“They put on their headphones, drape a hood over their head and drift off into the world of ‘digital highs’ called i-Dosing.
Oh dear, what you going to do now? You can’t ban covering their head – very unBritish don’t you know. Whoops! You did ban ‘hoodies’, perhaps a ban on children covering their heads? How about banning headphones? Not very practical, think of all those call centres….
But teenagers are getting ‘high’ on i-Dosing; we must be able to ban something?
“This is the world of ‘i-Dosing’, the new craze sweeping the internet in which teenagers use so-called ‘digital drugs’ to change their brains in the same way as real-life narcotics. They believe the repetitive drone-like music will give them a ‘high’ that takes them out of reality, only legally available and downloadable on the Internet.”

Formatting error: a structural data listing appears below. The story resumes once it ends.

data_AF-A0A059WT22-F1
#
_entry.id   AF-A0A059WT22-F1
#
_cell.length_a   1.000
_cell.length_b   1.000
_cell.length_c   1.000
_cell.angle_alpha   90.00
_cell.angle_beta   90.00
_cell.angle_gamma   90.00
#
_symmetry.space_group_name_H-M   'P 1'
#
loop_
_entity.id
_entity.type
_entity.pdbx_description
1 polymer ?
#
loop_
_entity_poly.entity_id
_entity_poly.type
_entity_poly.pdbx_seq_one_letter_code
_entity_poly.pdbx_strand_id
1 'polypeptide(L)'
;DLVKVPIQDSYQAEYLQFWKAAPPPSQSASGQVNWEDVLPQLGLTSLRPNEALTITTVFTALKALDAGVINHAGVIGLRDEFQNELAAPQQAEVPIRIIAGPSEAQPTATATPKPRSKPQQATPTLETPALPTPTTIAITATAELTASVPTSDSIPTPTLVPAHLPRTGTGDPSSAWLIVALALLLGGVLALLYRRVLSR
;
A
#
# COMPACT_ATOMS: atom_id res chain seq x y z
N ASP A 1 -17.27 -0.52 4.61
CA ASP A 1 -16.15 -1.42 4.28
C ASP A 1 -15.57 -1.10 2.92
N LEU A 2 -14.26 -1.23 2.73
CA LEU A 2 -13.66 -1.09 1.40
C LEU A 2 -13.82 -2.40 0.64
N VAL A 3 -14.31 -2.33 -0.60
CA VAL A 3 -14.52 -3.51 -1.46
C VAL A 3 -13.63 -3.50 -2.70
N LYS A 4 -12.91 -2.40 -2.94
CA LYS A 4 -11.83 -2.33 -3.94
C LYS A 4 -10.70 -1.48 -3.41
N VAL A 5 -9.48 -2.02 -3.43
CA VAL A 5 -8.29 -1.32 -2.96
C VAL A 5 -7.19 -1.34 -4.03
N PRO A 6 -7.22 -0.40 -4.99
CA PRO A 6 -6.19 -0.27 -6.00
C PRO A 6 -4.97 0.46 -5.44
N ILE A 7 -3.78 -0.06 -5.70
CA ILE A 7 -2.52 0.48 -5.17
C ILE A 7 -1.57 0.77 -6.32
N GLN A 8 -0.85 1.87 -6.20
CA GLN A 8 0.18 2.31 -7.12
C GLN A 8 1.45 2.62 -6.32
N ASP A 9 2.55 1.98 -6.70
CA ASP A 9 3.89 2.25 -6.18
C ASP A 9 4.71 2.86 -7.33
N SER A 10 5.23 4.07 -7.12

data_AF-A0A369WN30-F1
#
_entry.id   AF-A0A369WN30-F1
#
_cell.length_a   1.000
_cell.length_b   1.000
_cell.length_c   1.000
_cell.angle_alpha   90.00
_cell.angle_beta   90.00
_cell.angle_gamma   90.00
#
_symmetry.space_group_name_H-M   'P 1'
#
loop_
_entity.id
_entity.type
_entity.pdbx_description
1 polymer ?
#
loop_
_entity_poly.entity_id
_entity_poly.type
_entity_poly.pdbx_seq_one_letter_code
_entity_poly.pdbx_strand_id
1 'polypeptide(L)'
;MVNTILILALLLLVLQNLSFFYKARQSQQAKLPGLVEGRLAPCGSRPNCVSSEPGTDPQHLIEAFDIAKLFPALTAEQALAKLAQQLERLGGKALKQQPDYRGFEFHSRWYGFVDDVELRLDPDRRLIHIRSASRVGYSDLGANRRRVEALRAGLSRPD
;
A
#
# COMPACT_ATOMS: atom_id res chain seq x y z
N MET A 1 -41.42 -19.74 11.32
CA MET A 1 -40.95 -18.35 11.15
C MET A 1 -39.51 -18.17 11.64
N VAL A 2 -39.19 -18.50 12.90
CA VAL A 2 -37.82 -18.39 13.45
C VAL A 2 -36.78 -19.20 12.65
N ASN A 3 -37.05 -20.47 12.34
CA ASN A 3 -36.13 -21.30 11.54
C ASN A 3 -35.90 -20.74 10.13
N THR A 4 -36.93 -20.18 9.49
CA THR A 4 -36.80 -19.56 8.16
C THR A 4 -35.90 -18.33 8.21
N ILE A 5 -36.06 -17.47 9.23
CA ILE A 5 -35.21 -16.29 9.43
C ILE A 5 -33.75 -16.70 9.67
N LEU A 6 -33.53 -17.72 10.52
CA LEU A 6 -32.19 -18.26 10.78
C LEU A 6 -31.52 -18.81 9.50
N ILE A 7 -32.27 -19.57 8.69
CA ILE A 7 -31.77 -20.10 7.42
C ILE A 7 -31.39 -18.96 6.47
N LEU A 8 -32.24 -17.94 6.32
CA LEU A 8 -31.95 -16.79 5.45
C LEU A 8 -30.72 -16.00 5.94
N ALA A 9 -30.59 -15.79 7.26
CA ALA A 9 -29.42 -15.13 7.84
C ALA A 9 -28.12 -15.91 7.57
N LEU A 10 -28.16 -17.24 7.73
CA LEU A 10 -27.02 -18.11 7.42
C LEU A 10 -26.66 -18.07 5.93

‘Repetitive drone-like music’ – well you managed to ban the Vuvuzeula on health and safety grounds, perhaps you could ban ‘repetitive and drone-like’? That’s the end of Prime Minister’s Question Time if you do – and quite a few blogs as well.
“But there has been such alarm in the U.S. that the Oklahoma Bureau of Narcotics and Dangerous Drugs has issued a warning to children not to do it. If you want to reach these kids, save these kids and keep these kids safe, parents have to be aware. They’ve got to take action.”
– Despite the fact that the foremost expert has told you that:
Dr Wahbeh denied there was any possibility that someone could experience similar effects to cocaine or ecstasy. She said: ‘We did a small controlled study with four people, and we did not see any brain wave activity shifting to match the binaural beat that people were listening to.’
However, other researchers say the ‘high’ listeners claim to feel may actually be a placebo effect determined by the individual’s desire to feet (sic) it.
Nothing else for it, you will just have to ban people ‘thinking’ they are high…..
Coming to a legislator near you shortly…